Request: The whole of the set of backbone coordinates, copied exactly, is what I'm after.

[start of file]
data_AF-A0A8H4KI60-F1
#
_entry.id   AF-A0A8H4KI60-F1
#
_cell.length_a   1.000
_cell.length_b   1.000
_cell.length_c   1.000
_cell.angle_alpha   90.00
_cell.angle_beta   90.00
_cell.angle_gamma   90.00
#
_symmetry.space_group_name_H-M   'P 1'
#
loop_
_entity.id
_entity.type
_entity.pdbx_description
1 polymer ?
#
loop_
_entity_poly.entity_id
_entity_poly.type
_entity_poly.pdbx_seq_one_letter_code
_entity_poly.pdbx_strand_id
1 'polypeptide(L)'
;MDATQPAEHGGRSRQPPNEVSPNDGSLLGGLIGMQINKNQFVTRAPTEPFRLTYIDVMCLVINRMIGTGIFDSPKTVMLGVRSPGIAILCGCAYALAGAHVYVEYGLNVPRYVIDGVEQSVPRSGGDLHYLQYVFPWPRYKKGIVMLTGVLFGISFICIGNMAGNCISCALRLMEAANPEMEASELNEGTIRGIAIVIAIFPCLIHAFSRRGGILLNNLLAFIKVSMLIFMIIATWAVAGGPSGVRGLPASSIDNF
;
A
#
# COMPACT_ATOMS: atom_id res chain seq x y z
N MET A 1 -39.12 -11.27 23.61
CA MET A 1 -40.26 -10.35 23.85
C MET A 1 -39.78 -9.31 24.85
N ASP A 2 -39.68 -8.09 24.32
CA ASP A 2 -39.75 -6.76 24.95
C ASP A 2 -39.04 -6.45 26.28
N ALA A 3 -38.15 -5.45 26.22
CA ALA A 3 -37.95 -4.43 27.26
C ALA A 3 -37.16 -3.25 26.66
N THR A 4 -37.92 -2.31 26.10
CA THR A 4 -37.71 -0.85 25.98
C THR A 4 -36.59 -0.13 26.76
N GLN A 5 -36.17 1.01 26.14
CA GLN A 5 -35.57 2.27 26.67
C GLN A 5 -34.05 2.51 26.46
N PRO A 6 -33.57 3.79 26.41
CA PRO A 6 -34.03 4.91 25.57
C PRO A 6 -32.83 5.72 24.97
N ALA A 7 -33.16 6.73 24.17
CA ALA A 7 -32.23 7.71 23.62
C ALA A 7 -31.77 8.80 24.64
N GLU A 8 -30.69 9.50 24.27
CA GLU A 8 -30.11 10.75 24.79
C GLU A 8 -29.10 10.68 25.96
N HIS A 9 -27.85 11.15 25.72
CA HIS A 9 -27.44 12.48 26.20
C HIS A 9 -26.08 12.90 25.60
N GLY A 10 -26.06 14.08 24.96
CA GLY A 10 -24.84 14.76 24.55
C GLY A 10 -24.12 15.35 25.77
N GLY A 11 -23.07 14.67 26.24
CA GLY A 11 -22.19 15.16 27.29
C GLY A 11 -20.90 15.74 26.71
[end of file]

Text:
data_AF-A0A8H4KI60-F1
#
_entry.id   AF-A0A8H4KI60-F1
#
_cell.length_a   1.000
_cell.length_b   1.000
_cell.length_c   1.000
_cell.angle_alpha   90.00
_cell.angle_beta   90.00
_cell.angle_gamma   90.00
#
_symmetry.space_group_name_H-M   'P 1'
#
loop_
_entity.id
_entity.type
_entity.pdbx_description
1 polymer ?
#
loop_
_entity_poly.entity_id
_entity_poly.type
_entity_poly.pdbx_seq_one_letter_code
_entity_poly.pdbx_strand_id
1 'polypeptide(L)'
;MDATQPAEHGGRSRQPPNEVSPNDGSLLGGLIGMQINKNQFVTRAPTEPFRLTYIDVMCLVINRMIGTGIFDSPKTVMLGVRSPGIAILCGCAYALAGAHVYVEYGLNVPRYVIDGVEQSVPRSGGDLHYLQYVFPWPRYKKGIVMLTGVLFGISFICIGNMAGNCISCALRLMEAANPEMEASELNEGTIRGIAIVIAIFPCLIHAFSRRGGILLNNLLAFIKVSMLIFMIIATWAVAGGPSGVRGLPASSIDNF
;
A
#
# COMPACT_ATOMS: atom_id res chain seq x y z
N MET A 1 -39.12 -11.27 23.61
CA MET A 1 -40.26 -10.35 23.85
C MET A 1 -39.78 -9.31 24.85
N ASP A 2 -39.68 -8.09 24.32
CA ASP A 2 -39.75 -6.76 24.95
C ASP A 2 -39.04 -6.45 26.28
N ALA A 3 -38.15 -5.45 26.22
CA ALA A 3 -37.95 -4.43 27.26
C ALA A 3 -37.16 -3.25 26.66
N THR A 4 -37.92 -2.31 26.10
CA THR A 4 -37.71 -0.85 25.98
C THR A 4 -36.59 -0.13 26.76
N GLN A 5 -36.17 1.01 26.14
CA GLN A 5 -35.57 2.27 26.67
C GLN A 5 -34.05 2.51 26.46
N PRO A 6 -33.57 3.79 26.41
CA PRO A 6 -34.03 4.91 25.57
C PRO A 6 -32.83 5.72 24.97
N ALA A 7 -33.16 6.73 24.17
CA ALA A 7 -32.23 7.71 23.62
C ALA A 7 -31.77 8.80 24.64
N GLU A 8 -30.69 9.50 24.27
CA GLU A 8 -30.11 10.75 24.79
C GLU A 8 -29.10 10.68 25.96
N HIS A 9 -27.85 11.15 25.72
CA HIS A 9 -27.44 12.48 26.20
C HIS A 9 -26.08 12.90 25.60
N GLY A 10 -26.06 14.08 24.96
CA GLY A 10 -24.84 14.76 24.55
C GLY A 10 -24.12 15.35 25.77
N GLY A 11 -23.07 14.67 26.24
CA GLY A 11 -22.19 15.16 27.29
C GLY A 11 -20.90 15.74 26.71